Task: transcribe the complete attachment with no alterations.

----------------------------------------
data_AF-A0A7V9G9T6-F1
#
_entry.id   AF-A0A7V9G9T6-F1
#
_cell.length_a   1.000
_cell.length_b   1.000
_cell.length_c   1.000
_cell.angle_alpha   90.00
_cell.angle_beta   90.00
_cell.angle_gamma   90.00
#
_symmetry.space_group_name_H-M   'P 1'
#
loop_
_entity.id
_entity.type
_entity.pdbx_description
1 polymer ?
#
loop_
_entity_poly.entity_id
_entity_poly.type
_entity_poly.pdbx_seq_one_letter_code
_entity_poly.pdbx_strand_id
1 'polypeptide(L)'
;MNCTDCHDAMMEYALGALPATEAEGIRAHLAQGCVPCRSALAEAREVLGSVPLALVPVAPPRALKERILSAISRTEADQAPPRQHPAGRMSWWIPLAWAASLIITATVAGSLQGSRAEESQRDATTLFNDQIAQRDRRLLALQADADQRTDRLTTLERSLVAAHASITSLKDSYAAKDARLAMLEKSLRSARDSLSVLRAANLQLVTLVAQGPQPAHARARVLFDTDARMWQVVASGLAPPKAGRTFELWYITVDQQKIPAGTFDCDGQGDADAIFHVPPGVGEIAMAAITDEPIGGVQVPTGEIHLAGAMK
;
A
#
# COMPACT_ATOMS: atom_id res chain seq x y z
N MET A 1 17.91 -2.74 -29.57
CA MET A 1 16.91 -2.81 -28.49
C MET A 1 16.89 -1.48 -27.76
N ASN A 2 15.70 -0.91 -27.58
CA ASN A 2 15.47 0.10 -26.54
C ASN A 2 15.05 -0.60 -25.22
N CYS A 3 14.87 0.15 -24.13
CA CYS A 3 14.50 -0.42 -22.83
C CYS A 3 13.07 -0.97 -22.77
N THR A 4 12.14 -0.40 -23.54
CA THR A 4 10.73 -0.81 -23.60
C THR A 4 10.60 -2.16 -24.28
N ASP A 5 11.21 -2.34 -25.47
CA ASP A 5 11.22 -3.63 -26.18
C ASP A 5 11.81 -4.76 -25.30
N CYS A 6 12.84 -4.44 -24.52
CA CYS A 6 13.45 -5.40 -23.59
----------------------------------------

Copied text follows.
data_AF-A0A7V9G9T6-F1
#
_entry.id   AF-A0A7V9G9T6-F1
#
_cell.length_a   1.000
_cell.length_b   1.000
_cell.length_c   1.000
_cell.angle_alpha   90.00
_cell.angle_beta   90.00
_cell.angle_gamma   90.00
#
_symmetry.space_group_name_H-M   'P 1'
#
loop_
_entity.id
_entity.type
_entity.pdbx_description
1 polymer ?
#
loop_
_entity_poly.entity_id
_entity_poly.type
_entity_poly.pdbx_seq_one_letter_code
_entity_poly.pdbx_strand_id
1 'polypeptide(L)'
;MNCTDCHDAMMEYALGALPATEAEGIRAHLAQGCVPCRSALAEAREVLGSVPLALVPVAPPRALKERILSAISRTEADQAPPRQHPAGRMSWWIPLAWAASLIITATVAGSLQGSRAEESQRDATTLFNDQIAQRDRRLLALQADADQRTDRLTTLERSLVAAHASITSLKDSYAAKDARLAMLEKSLRSARDSLSVLRAANLQLVTLVAQGPQPAHARARVLFDTDARMWQVVASGLAPPKAGRTFELWYITVDQQKIPAGTFDCDGQGDADAIFHVPPGVGEIAMAAITDEPIGGVQVPTGEIHLAGAMK
;
A
#
# COMPACT_ATOMS: atom_id res chain seq x y z
N MET A 1 17.91 -2.74 -29.57
CA MET A 1 16.91 -2.81 -28.49
C MET A 1 16.89 -1.48 -27.76
N ASN A 2 15.70 -0.91 -27.58
CA ASN A 2 15.47 0.10 -26.54
C ASN A 2 15.05 -0.60 -25.22
N CYS A 3 14.87 0.15 -24.13
CA CYS A 3 14.50 -0.42 -22.83
C CYS A 3 13.07 -0.97 -22.77
N THR A 4 12.14 -0.40 -23.54
CA THR A 4 10.73 -0.81 -23.60
C THR A 4 10.60 -2.16 -24.28
N ASP A 5 11.21 -2.34 -25.47
CA ASP A 5 11.22 -3.63 -26.18
C ASP A 5 11.81 -4.76 -25.30
N CYS A 6 12.84 -4.44 -24.52
CA CYS A 6 13.45 -5.40 -23.59